Baldur’s Gate 3, the Dungeons & Dragons-based role-playing game from Larian Studios, hit a peak of 814,666 Steam players on Sunday — the ninth highest ever recorded on the platform.
According to SteamDB’s figures, Baldur’s Gate 3 stormed the all-time Steam charts over the weekend, displacing Apex Legends from the top 10. Despite the fact that it’s been available in early access form for years, the game’s launch on Thursday, Aug. 3, rode a wave of excitement and discussion that had swelled dramatically in the preceding weeks.
The scale of the game’s success surprised Larian — a Belgian developer which has an ardent following for its detailed, specialized, highly traditional RPGs in the Divinity series, but which has never enjoyed so much attention before. “Probably should stay away from the IT team for a while,” Larian’s founder and CEO Swen Vincke said on Twitter on Friday, as Baldur’s Gate 3 cracked 500,000 concurrent players on Steam. “Told them they should expect like 100k or so at max.”
Notably, Baldur’s Gate 3 is now one of four paid, single-player games in Steam’s most-played top 10, alongside Cyberpunk 2077, Elden Ring, and Hogwarts Legacy. The rest of the chart is composed of free-to-play multiplayer games. All four of these premium, solo games launched on Steam in the last three years — and three of them in the last 18 months.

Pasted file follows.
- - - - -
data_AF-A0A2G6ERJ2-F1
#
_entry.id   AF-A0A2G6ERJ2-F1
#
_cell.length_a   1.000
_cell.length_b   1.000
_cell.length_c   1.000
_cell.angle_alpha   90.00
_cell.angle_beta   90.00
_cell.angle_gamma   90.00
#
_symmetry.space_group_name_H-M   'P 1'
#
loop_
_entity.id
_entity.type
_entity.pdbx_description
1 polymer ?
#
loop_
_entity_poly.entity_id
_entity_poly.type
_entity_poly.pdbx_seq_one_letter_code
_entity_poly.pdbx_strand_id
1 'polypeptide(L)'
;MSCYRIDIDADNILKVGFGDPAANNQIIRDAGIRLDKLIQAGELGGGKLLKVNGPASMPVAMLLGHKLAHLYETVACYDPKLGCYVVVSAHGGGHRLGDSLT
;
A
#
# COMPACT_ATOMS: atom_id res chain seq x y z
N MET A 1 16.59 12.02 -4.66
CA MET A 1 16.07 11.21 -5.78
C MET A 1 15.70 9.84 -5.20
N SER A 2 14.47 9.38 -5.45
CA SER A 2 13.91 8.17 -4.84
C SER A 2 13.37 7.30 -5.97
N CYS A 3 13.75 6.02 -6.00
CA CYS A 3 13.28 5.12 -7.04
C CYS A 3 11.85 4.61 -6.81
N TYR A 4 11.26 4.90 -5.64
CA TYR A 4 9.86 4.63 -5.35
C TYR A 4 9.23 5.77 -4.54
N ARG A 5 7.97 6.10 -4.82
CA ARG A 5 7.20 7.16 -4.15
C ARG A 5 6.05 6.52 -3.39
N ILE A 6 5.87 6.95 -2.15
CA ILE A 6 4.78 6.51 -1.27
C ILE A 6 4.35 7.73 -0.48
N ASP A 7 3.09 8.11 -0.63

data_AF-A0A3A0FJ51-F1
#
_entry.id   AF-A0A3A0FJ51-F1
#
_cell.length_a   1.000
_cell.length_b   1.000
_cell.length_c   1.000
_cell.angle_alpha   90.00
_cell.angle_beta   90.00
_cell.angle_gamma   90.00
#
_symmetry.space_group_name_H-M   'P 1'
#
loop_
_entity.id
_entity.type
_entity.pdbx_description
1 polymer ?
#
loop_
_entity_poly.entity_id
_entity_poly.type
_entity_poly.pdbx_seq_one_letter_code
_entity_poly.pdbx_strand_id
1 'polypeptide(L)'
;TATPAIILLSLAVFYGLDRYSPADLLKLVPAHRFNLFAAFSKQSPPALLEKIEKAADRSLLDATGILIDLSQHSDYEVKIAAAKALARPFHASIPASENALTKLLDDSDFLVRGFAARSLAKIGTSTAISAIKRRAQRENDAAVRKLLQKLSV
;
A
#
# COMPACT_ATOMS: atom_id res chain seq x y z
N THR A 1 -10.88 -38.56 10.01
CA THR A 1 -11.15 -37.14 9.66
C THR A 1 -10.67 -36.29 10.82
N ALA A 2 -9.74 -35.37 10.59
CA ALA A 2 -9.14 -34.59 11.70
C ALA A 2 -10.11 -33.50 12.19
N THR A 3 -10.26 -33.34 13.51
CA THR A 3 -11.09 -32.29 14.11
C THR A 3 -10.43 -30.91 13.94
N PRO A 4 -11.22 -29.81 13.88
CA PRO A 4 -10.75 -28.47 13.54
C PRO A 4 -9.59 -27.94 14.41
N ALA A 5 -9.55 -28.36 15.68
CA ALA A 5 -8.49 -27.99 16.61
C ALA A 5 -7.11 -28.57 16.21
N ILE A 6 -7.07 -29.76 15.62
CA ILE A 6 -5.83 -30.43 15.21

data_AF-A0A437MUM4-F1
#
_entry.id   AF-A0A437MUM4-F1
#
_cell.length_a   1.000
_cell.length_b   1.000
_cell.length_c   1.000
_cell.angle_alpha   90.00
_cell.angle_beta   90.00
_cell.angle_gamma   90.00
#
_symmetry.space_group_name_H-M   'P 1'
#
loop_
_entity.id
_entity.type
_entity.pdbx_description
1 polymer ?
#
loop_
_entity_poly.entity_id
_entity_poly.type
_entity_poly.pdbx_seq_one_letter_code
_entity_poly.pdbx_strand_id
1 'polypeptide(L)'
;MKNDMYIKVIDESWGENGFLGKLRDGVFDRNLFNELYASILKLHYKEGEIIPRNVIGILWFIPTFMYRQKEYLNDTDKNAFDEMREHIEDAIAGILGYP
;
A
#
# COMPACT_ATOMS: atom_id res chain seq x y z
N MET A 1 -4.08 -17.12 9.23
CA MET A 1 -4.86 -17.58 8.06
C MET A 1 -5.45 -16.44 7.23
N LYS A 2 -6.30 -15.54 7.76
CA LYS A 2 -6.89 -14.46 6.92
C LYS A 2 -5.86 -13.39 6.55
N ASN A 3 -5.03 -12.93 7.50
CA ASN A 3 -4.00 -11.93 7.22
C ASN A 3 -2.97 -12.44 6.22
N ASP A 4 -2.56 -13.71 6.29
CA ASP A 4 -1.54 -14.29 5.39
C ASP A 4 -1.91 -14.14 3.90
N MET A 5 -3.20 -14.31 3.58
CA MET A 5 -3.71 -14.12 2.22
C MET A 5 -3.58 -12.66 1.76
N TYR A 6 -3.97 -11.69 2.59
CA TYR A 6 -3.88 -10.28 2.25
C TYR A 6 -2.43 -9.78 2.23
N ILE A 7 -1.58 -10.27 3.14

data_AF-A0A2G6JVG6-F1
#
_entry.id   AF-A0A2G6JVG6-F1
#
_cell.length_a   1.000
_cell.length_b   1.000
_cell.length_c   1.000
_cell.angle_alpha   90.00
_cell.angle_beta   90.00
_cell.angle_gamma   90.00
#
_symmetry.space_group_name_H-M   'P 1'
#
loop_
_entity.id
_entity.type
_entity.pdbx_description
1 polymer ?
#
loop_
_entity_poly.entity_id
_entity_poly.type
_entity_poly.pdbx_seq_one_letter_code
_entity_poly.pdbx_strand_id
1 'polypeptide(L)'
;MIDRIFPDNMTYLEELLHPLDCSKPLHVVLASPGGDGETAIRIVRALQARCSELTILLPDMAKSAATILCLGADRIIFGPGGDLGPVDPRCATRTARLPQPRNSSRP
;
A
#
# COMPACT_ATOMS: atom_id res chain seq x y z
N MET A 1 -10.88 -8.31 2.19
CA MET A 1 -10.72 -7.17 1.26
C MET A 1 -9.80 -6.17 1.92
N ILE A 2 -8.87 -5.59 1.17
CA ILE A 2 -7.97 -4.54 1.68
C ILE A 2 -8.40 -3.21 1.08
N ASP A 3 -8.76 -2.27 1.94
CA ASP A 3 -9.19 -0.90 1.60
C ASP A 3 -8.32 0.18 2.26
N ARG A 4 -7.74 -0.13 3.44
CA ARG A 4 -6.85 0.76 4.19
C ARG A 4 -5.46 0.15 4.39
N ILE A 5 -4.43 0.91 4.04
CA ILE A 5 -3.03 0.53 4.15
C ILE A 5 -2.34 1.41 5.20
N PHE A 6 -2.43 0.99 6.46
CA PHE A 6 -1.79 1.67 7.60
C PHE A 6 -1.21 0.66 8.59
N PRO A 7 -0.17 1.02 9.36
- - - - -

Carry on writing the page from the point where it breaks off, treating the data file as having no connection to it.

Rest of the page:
They will likely be joined by a fifth in on Sep. 6, when Starfield is released. Larian brought Baldur’s Gate 3’s Steam launch forward by a month specifically to avoid a clash with Bethesda’s sci-fi epic, a decision which seems to have paid off handsomely. The PlayStation 5 version, meanwhile, was delayed a week to the same Sep. 6 date, where it should make effective counter-programming for players unable to delve into Bethesda’s Xbox console exclusive.
But Xbox players may have to wait until 2024 to play Larian’s sleeper hit. That version is delayed until Larian can get split-screen co-op working on the lower-spec Series S console — a “huge technical hurdle,” according to the studio’s director of publishing Michael Douse.